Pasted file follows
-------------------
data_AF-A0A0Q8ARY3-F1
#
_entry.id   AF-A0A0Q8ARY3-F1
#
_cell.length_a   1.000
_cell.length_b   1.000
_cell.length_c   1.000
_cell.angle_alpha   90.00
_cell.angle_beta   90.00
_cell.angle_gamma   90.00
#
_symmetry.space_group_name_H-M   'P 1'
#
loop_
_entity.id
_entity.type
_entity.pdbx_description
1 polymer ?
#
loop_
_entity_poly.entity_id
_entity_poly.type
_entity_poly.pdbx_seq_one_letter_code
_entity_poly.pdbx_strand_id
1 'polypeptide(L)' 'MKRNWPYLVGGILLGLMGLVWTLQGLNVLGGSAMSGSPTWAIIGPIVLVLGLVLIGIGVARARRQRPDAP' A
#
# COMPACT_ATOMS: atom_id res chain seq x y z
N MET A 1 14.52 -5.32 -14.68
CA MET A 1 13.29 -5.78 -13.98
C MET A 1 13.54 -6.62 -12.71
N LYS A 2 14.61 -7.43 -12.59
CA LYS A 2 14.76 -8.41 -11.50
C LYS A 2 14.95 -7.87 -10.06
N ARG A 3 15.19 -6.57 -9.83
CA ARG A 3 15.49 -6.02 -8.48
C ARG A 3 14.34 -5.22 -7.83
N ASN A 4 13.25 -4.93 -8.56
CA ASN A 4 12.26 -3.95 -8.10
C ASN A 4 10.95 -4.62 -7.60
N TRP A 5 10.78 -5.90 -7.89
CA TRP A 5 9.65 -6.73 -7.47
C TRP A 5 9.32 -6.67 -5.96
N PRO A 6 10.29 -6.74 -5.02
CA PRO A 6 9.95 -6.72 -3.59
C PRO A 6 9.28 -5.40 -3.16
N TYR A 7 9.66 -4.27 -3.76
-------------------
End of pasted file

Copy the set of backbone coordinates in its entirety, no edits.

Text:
data_AF-A0A0Q8ARY3-F1
#
_entry.id   AF-A0A0Q8ARY3-F1
#
_cell.length_a   1.000
_cell.length_b   1.000
_cell.length_c   1.000
_cell.angle_alpha   90.00
_cell.angle_beta   90.00
_cell.angle_gamma   90.00
#
_symmetry.space_group_name_H-M   'P 1'
#
loop_
_entity.id
_entity.type
_entity.pdbx_description
1 polymer ?
#
loop_
_entity_poly.entity_id
_entity_poly.type
_entity_poly.pdbx_seq_one_letter_code
_entity_poly.pdbx_strand_id
1 'polypeptide(L)' 'MKRNWPYLVGGILLGLMGLVWTLQGLNVLGGSAMSGSPTWAIIGPIVLVLGLVLIGIGVARARRQRPDAP' A
#
# COMPACT_ATOMS: atom_id res chain seq x y z
N MET A 1 14.52 -5.32 -14.68
CA MET A 1 13.29 -5.78 -13.98
C MET A 1 13.54 -6.62 -12.71
N LYS A 2 14.61 -7.43 -12.59
CA LYS A 2 14.76 -8.41 -11.50
C LYS A 2 14.95 -7.87 -10.06
N ARG A 3 15.19 -6.57 -9.83
CA ARG A 3 15.49 -6.02 -8.48
C ARG A 3 14.34 -5.22 -7.83
N ASN A 4 13.25 -4.93 -8.56
CA ASN A 4 12.26 -3.95 -8.10
C ASN A 4 10.95 -4.62 -7.60
N TRP A 5 10.78 -5.90 -7.89
CA TRP A 5 9.65 -6.73 -7.47
C TRP A 5 9.32 -6.67 -5.96
N PRO A 6 10.29 -6.74 -5.02
CA PRO A 6 9.95 -6.72 -3.59
C PRO A 6 9.28 -5.40 -3.16
N TYR A 7 9.66 -4.27 -3.76